I was thinking about project cars the other day. They're cool. You find a foundation to start with, then start building upon it to create your own automotive vision. Except when you don't, meaning you spend all your time and energy working on other things. More often than not, especially if classic cars are your business in addition to your hobby, the other things you're working on are other people's projects. Or other stories; that's probably just me. Hope that a project will finally come together, however, springs eternal.
Speaking of other stories, it's really nice to be in a position to ignore all our frequent advice about picking reasonable compression ratios and street-friendly, torque-inducing camshafts and go out on a limb. I wish I could impart to you just how nasty this month's 355 creation sounds. Idle, schmidle-this thing wants to rev. I could have and should have shot some video for the Web site, but I was too busy thanking the Almighty that I'd actually made it to the dyno while alternately cackling, "Huh huh, that's cool." (FYI, I do this in the voices of both Beavis and Butthead.) Next time we run it, I'll get you some sound. Of the engine, not of me channeling my favorite cartoon characters.
At this point in history, it's almost impossible to ramble without mentioning the pain at the pump we're all suffering. There was some brief discussion about whether or not our edgy 355 is a pump-gas motor, especially since we chose to run it on high test. As usual, Westech's Steve Brul had the answer: "Sure it is. You can get 100-octane at the pump over in Norco-if you don't mind paying eight bucks a gallon." Hey, we only pay half that for regular gas! Things are looking up already!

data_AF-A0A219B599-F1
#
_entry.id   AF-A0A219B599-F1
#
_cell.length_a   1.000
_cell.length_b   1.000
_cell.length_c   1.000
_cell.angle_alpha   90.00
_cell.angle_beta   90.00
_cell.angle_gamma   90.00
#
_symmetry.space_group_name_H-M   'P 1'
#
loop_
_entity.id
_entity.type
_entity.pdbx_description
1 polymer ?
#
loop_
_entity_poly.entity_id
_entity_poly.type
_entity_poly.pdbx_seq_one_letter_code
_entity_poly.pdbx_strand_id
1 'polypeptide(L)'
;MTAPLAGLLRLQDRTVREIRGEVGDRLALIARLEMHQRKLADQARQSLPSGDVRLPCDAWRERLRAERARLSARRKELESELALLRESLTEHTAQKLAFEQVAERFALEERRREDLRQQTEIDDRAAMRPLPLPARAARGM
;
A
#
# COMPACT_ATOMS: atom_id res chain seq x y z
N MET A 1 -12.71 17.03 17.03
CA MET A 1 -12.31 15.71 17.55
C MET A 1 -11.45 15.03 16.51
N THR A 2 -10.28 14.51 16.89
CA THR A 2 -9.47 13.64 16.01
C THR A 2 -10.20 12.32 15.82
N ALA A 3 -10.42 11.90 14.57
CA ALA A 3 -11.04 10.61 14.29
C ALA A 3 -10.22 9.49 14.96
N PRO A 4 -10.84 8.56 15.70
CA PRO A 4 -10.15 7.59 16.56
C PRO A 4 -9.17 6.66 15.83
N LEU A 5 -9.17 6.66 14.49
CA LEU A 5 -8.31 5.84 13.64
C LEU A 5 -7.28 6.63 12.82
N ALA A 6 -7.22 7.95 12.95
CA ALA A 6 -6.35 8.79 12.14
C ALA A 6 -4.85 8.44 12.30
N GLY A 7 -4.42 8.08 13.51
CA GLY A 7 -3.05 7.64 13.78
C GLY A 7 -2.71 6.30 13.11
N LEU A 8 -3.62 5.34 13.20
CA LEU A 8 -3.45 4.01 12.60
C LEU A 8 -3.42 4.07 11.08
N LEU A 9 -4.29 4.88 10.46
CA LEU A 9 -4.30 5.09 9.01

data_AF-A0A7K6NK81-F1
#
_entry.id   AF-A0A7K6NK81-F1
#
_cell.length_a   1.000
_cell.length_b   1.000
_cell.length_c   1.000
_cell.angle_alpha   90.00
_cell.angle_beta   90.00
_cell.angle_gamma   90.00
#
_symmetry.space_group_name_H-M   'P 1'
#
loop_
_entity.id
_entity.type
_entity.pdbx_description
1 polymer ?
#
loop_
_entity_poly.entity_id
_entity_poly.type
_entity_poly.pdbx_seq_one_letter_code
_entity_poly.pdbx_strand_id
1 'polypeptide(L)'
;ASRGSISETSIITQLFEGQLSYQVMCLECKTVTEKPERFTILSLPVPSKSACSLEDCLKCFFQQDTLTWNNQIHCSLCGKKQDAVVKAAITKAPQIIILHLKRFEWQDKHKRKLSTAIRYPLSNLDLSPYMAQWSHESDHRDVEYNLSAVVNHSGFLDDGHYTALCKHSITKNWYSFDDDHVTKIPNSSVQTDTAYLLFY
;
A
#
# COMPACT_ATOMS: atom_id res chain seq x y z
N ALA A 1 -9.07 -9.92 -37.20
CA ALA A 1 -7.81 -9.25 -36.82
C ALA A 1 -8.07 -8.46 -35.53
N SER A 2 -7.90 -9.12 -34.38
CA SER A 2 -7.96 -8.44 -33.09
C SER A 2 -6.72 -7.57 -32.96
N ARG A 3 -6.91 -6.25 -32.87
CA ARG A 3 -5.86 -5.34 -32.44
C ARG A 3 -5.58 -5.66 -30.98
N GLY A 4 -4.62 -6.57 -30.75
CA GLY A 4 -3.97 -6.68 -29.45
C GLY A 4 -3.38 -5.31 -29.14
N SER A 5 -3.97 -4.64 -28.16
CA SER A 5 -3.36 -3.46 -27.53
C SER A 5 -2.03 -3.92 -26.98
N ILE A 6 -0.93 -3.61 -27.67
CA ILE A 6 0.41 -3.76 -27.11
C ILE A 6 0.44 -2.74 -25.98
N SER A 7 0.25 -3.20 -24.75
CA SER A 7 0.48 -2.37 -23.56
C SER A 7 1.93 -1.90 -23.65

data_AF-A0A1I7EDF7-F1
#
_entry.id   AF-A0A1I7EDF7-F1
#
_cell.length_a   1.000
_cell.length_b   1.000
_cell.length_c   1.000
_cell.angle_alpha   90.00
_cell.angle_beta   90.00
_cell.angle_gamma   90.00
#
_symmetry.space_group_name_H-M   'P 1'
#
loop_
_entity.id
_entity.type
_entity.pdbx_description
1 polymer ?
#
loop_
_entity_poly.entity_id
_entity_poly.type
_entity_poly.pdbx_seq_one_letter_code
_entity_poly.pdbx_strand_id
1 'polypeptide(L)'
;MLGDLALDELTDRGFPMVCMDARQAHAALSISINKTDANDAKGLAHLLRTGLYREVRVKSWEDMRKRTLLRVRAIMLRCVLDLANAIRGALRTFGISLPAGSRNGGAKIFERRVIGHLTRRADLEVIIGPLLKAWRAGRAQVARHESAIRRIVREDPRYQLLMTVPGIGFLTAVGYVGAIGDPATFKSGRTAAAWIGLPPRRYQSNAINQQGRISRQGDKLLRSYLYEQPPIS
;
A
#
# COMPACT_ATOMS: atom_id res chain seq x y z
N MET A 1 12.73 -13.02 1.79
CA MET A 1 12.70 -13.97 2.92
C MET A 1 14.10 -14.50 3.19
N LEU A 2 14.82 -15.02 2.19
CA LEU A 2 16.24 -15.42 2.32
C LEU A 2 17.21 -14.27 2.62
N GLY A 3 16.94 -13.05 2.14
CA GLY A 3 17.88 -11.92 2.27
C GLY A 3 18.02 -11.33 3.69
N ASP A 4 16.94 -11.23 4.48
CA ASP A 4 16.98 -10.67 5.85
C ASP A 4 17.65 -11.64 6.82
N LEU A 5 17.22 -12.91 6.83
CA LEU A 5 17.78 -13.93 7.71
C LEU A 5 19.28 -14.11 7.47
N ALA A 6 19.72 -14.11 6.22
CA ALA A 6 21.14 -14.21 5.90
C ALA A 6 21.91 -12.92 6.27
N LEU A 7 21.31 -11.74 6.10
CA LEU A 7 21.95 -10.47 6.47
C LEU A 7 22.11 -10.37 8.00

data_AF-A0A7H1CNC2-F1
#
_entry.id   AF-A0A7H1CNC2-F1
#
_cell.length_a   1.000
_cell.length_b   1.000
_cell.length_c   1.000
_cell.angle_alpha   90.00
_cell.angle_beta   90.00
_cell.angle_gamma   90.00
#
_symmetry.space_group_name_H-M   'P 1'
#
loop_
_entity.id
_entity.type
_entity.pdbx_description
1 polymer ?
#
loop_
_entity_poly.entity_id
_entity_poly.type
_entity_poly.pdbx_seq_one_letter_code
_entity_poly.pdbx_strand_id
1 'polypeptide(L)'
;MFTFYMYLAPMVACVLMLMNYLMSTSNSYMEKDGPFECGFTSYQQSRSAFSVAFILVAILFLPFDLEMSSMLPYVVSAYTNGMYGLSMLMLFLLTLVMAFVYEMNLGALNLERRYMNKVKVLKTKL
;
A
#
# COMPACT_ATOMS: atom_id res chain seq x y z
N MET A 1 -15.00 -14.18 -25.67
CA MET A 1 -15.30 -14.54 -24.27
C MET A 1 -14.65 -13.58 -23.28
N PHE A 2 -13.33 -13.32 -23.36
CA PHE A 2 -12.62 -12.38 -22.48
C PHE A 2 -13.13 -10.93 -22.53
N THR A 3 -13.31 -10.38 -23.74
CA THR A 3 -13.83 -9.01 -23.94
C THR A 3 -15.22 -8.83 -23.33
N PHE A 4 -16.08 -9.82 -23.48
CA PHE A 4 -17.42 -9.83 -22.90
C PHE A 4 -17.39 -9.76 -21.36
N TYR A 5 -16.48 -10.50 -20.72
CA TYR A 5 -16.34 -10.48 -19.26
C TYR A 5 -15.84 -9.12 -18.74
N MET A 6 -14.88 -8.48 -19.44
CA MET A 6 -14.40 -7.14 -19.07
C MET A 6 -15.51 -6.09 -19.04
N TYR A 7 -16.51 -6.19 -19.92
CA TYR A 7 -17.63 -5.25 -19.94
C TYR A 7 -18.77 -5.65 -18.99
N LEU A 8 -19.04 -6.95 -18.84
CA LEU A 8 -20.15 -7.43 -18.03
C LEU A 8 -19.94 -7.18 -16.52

Karl Kellog, a Southern California native, has been attending car shows since he was a wee boy. Now, all grown up, he's carried that passion to what he drives every day. At one such event he spotted a '93 Z28 for sale and the first thing he did was swap out the old filter for a K&N one. He also added headers and electric exhaust cutouts. This summer he plans aluminum ported and polished heads with a new intake manifold. He's also got a custom-cut LT1 cam in the works. Hopefully he can keep up with his dad's Nova.
At its most basic, it takes air, fuel, and fire to run an internal combustion engine, and since we're all looking for maximum performance from our powerplants, we'd say it's a good idea to know as much as possible about the creation of the air/fuel mixture and what it takes to ignite the mix. The latter part of the process-lightin' the fires-is the subject of How to Build High-Performance Ignition Systems by Todd Ryden.
Right off the bat, we have to admit that we paid attention to this book in no small part because Ryden works for MSD Ignition and is one of our go-to guys when we have an ignition question. And while this Car Tech offering falls under the S-A Design moniker, denoting it as a how-to book, it's also full of theory. Looking to cover all the bases, Ryden takes great pains to explain the workings of ignition systems in their various iterations before moving onto the do-it-yourself basics of creating an appropriate setup for any given vehicle.